Barrett’s Esophagus is a condition in which the lining at the lower end of the esophagus is damaged by stomach acid. When irritation occurs frequently over a long period of time, it is referred to as gastroesophageal reflux disease (GERD). GERD, in turn, can cause abnormal growth of intestinal-type cells, like those found in the stomach, to occur at the lower end of the esophagus. This growth of cells in the area just above the lower esophageal sphincter (LES) is the distinguishing feature of Barrett’s Esophagus. In rare cases, this abnormal growth can result in cancer.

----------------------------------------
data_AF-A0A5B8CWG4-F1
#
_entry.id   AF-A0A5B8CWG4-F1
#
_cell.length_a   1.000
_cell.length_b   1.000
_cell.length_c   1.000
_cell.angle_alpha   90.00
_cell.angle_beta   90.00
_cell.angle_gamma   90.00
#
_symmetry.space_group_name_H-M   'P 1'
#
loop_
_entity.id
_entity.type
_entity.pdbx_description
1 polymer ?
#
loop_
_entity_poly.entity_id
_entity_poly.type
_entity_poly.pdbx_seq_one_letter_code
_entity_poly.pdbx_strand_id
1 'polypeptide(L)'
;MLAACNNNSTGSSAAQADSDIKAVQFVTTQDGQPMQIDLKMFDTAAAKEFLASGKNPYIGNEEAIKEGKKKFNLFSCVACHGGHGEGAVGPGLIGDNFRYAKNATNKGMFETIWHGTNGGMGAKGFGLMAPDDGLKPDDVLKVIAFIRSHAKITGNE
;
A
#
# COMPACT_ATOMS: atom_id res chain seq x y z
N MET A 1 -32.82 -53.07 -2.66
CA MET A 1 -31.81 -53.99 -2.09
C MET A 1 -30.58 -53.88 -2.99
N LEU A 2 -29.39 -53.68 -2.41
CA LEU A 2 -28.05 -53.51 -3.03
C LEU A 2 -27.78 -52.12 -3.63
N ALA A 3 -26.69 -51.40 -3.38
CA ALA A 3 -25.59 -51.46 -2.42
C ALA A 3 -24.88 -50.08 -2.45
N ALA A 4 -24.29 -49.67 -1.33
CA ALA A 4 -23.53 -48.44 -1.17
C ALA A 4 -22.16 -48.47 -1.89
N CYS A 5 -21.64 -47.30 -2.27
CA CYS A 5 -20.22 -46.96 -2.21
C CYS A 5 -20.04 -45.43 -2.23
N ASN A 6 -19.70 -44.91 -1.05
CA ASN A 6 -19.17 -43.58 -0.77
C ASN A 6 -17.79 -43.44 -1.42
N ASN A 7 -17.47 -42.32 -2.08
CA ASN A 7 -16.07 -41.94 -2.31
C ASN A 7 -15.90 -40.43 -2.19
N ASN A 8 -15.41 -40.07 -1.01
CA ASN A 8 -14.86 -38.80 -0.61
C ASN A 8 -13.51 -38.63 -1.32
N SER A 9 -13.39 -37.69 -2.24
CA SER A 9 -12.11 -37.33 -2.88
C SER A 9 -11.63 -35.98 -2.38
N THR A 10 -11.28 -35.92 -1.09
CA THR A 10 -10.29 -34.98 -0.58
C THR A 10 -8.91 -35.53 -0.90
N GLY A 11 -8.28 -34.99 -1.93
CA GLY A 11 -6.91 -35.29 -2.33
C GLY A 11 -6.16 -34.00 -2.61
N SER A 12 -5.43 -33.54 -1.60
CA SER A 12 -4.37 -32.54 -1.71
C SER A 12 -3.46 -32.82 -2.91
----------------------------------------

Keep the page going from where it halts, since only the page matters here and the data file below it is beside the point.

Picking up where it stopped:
It is believed that the abnormal growth of intestinal-type cells in the lower esophagus is a defense mechanism against acid reflux. The cells lining the stomach are protected from contact with acid, so their presence in the esophagus may protect normal tissue against further damage by GERD.
If your physician suspects Barrett’s Esophagus, a proper diagnosis requires an upper endoscopy (EGD).
Treatment includes prescription medication to reduce stomach acid production. Additionally, your doctor will perform routine EGDs with biopsies to monitor any progression of this condition — this is a critical step in treatment.